PSC chief brushes off NSA head’s dire prediction; says we are ready for SEAG

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The Philippine Sports Commission (PSC) brushed off claims by a ranking Philippine Olympic Committee (POC) official that the Philippines will not achieve its target of a fourth place finish in next year’s Singapore Southeast Asian Games.

PSC chairman Richie Garcia, whose agency funds the training and actual participation of Filipino athletes, came out smoking yesterday after reading about swimming big boss Mark Joseph’s poor prognosis for the country during the June 5 to 16 sportsfest.

Joseph said there is not enough time for sports officials to come up with a delegation that can finish third or even fourth place in the SEAG, a claim Garcia said might only applies to Joseph’s sport.

“It’s not true that we are running late in our training for Singapore,” said Garcia. “The athletes have been preparing the past few years. They are training continuously.”

Garcia said Joseph could be referring to swimming as one NSA that will perform poorly in Singapore “because he doesn’t have a nationwide program” that is in place.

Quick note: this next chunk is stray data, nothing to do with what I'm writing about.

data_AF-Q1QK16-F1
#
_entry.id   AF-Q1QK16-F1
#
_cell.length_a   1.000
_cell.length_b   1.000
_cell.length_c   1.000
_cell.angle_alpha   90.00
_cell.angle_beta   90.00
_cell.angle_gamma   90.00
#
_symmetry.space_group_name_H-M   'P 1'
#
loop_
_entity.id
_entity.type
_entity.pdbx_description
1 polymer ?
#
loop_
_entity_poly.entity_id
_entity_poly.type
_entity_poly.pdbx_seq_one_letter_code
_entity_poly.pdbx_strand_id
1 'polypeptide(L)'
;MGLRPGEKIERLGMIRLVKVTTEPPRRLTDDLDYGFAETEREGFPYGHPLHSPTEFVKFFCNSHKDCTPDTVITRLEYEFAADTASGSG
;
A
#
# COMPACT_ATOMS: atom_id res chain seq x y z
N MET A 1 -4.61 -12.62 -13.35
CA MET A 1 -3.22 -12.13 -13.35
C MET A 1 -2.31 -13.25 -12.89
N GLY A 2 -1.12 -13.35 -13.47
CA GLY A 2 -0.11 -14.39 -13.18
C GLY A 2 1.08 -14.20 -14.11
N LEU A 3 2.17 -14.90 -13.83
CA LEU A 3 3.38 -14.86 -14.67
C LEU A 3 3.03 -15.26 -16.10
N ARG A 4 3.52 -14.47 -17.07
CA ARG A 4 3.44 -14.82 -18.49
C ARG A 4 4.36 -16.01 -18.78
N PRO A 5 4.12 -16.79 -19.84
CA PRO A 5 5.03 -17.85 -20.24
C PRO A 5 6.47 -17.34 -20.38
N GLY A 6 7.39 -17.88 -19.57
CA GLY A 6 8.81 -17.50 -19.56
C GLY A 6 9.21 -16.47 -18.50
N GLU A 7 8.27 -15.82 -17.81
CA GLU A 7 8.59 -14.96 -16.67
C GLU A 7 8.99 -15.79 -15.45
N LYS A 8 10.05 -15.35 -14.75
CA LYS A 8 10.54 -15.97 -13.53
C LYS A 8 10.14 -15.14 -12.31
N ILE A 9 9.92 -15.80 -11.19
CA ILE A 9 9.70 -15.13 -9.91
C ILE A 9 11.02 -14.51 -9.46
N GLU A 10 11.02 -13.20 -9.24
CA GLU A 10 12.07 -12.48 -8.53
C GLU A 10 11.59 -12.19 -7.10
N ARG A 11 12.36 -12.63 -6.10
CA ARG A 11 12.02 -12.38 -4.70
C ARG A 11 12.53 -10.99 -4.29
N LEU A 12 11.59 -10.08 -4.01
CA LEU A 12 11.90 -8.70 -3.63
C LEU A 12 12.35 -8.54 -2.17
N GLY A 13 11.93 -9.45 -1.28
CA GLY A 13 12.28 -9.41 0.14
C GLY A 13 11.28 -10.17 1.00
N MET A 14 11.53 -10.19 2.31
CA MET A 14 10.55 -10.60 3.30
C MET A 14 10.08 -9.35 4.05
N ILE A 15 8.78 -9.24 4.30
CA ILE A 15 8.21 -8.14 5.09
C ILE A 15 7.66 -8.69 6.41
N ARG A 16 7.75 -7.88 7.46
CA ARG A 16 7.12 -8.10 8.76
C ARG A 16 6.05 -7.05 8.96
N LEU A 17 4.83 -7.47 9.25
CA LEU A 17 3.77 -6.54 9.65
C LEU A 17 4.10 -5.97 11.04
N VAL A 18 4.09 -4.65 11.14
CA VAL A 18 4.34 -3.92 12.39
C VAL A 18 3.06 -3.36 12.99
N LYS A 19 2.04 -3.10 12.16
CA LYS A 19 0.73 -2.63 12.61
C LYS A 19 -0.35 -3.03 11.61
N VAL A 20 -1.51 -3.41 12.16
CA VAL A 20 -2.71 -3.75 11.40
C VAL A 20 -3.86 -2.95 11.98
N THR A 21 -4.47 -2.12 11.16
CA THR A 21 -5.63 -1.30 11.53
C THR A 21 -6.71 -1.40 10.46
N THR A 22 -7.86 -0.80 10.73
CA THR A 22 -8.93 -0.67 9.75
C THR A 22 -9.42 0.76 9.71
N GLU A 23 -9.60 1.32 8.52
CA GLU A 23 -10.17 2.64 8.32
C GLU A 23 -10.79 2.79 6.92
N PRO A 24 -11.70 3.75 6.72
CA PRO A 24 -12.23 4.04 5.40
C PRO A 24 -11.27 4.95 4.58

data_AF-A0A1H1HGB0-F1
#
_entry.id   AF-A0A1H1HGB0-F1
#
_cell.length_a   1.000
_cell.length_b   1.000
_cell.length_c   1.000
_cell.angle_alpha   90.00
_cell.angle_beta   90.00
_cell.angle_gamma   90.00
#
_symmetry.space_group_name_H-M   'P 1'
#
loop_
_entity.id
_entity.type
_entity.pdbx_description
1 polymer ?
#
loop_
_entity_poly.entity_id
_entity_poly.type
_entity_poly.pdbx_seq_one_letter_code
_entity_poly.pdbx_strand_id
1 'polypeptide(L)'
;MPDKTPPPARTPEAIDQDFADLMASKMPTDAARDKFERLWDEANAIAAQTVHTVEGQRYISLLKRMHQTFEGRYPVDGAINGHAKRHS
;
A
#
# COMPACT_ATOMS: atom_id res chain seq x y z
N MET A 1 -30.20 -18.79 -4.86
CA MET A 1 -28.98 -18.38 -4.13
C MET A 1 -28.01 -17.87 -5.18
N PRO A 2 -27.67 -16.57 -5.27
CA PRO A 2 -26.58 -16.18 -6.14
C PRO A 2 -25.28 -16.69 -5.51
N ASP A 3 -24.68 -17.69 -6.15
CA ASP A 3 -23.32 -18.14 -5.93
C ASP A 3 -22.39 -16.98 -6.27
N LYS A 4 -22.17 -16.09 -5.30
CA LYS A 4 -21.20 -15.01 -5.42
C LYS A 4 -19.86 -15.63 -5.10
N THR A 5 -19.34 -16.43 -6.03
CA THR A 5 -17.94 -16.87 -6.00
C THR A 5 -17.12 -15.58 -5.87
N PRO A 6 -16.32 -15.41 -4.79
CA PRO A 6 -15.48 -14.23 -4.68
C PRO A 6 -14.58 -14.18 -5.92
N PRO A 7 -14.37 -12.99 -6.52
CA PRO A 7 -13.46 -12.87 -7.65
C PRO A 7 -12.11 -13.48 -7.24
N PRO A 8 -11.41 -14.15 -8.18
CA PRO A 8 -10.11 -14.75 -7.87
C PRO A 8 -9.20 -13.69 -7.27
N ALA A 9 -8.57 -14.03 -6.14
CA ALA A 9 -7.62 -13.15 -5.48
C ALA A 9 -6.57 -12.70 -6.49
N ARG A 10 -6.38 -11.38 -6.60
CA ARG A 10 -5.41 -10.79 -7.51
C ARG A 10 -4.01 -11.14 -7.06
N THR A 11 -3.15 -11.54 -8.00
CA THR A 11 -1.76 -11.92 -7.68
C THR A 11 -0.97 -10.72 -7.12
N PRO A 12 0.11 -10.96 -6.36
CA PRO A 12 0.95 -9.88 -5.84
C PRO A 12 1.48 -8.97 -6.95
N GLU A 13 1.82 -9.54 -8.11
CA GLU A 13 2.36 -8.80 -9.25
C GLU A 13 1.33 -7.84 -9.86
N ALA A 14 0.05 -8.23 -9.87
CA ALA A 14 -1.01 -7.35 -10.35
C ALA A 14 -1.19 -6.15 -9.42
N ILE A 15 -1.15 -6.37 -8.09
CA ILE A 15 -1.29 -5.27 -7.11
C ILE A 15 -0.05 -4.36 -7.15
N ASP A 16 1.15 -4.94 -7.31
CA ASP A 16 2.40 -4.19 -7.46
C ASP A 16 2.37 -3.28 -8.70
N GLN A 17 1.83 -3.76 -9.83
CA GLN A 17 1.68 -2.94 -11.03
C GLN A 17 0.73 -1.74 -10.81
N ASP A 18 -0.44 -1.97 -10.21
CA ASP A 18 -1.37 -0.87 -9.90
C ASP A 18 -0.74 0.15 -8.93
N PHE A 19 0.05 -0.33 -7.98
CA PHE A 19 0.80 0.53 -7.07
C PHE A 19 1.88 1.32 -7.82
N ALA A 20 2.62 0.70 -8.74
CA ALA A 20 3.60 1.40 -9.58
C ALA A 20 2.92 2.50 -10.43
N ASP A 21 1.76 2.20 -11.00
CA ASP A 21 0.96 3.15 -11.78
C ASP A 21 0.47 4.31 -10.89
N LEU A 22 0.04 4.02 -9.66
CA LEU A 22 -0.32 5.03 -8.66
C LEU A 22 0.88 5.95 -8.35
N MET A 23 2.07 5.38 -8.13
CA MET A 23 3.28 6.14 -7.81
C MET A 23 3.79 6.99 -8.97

“That’s not the case with the majority of the NSAs. Our athletes have been training almost non-stop. They are only given a short break after each tournament and they return to training,” Garcia said.

The PSC and POC are aiming high in Singapore following a spate of failed bids to perform creditably the last four editions of the biennial SEAG.

After winning the overall crown for the first time when it was the host in 2005, the Philippines dropped to fifth in 2007 (Thailand), sixth in 2009 (Laos) and fifth again in 2011 (Indonesia).

In 2013 in Myanmar, the Philippines sank to its lowest ever, seventh place, a position the PSC and POC would never want to be in again.

Garcia said Joseph could have grown frustrated over the removal of swimming from the list of priority sports as it hasn’t been living up to its promise.

Swimming, a source of pride for the country not only in the SEAG but even in the Asian Games in the not-so-distant past, can’t even produce local talents, noted Garcia.

Not only that.

Garcia said Joseph no longer commands respect after he allowed the gold medal of Jasmine Alkhaldi taken away by Myanmar organizers in 2013 owing to a technicality.

“He didn’t fight for her,” said Garcia, referring to the sad incident when Alkhaldi was forced to engage in a re-swim due to an alleged false start. Alkhaldi settled for silver.

“Personally, we are not talking about eight months because the athletes are always on the go,” said chief of mission to Singapore Julian Camacho, stressing that the SEAG is also a part of training for other events like the Asian Games and the Olympics.

Source : Manila Bulletin

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